Saturday, February 11, 2012

Leaping Back to Simpler Times

I watched my brother as he lay in the hospital bed. A faint smile creased his face. After all the chemo he’d endured, I marveled as to how he could smile at all.

My mind wandered back to when we were kids, when the center of our universe revolved around innocence, laughter, and the love of family and friends.

Me, and my three amigos.

We played in reckless abandon, without fear of someone snatching us away, without worrying that bullets would fly at us from a random shooter. We hung out with our friends, yes, but we jumped rope, played kickball, softball, and more. During those times, we only stopped our activities for two reasons, one of them when a car approached.

The driver, usually a nearby neighbor, honked the horn as he came close. Like good soldiers, we cleared the deck, ran to the side of the road, and stood at attention. He slowed the car to a crawl. The only thing fired at us was a friendly smile, then the wave of his hand as he passed down the street. 

The second reason for aborting our mission was when our mother called us home for supper. Mothers stayed home with their children in those days, and families gathered around the kitchen table for a home-cooked meal. There weren’t any drive-thru restaurants. In fact, we considered going out for a hamburger a treat, not a dinnertime ritual.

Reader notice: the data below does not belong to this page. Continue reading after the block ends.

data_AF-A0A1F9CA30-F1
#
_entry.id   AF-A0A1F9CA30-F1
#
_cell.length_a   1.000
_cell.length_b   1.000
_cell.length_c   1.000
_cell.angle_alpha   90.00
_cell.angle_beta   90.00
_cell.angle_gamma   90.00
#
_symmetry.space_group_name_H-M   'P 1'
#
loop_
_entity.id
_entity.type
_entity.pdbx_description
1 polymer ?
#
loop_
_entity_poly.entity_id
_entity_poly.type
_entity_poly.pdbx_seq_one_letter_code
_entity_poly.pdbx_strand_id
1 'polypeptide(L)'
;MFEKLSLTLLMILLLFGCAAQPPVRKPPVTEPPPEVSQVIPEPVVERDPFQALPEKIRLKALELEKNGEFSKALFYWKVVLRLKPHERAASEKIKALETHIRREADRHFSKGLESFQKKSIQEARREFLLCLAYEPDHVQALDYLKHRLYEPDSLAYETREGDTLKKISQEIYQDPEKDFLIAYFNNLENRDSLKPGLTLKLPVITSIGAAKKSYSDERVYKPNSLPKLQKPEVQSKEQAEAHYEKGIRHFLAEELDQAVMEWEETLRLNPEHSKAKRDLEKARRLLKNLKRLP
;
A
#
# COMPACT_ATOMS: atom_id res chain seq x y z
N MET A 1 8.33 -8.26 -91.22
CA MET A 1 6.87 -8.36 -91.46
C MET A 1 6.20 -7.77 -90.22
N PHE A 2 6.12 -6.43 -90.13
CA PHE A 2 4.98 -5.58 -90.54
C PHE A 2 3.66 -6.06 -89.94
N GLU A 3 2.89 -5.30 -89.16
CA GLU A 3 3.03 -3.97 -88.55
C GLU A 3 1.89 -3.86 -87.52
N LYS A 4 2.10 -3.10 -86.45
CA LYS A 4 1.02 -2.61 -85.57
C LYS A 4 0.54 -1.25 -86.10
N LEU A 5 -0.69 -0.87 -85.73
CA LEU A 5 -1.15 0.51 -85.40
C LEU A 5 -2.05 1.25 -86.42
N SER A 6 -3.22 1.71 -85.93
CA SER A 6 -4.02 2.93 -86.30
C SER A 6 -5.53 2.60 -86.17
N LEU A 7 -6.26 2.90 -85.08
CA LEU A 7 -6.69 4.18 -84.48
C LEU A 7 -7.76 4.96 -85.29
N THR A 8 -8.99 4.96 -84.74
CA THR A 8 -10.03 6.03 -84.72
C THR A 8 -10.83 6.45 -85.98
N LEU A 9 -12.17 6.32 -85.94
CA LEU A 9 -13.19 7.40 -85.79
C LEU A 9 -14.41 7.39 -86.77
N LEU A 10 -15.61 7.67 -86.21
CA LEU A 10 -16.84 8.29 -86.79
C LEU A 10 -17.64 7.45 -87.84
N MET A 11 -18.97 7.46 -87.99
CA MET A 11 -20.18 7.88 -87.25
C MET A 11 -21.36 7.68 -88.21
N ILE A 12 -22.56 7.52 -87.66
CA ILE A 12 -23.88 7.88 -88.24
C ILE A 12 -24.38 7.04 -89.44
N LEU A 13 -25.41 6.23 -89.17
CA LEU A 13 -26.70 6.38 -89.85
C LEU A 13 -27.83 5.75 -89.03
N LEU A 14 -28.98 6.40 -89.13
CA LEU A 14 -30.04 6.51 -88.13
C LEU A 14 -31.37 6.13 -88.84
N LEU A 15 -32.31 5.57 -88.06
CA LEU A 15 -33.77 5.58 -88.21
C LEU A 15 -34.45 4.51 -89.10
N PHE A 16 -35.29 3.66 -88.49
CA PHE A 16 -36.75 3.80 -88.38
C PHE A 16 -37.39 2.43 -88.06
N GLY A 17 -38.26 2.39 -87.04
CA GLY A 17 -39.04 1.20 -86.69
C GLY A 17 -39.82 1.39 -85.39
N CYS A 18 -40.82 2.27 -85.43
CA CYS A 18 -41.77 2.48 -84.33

Things sure have changed. Everyone seems to be in such a hurry these days.

But we’ve advanced, haven’t we?

In addition to fast food, we’ve taken great strides in the electronics industry, not to mention other areas, too numerous to list here, each step intended to make life easier, more efficient. But these modern conveniences have also taken away from our time, especially when it comes to children.

Social Media, designed to "connect" with others, is lacking some vital aspects—the sound of a voice, a shared laugh, a tender touch. Kids are even texting on their cell phones to each other as they sit in the same room. As a result, some of them have become disconnected, unable to socialize in a public setting. And it’s not just the children. The same thing is happening with adults.

Thank God for for modern medicine though. Without it, my brother might not be here.

My brother. Would our relationship have been the same if we had grown up in this new society? 

I turned to my sibling and smiled, thankful for memories of simpler times in the past. Although we’ve taken giant leaps, many of them a blessing, our time spent together can never be replaced.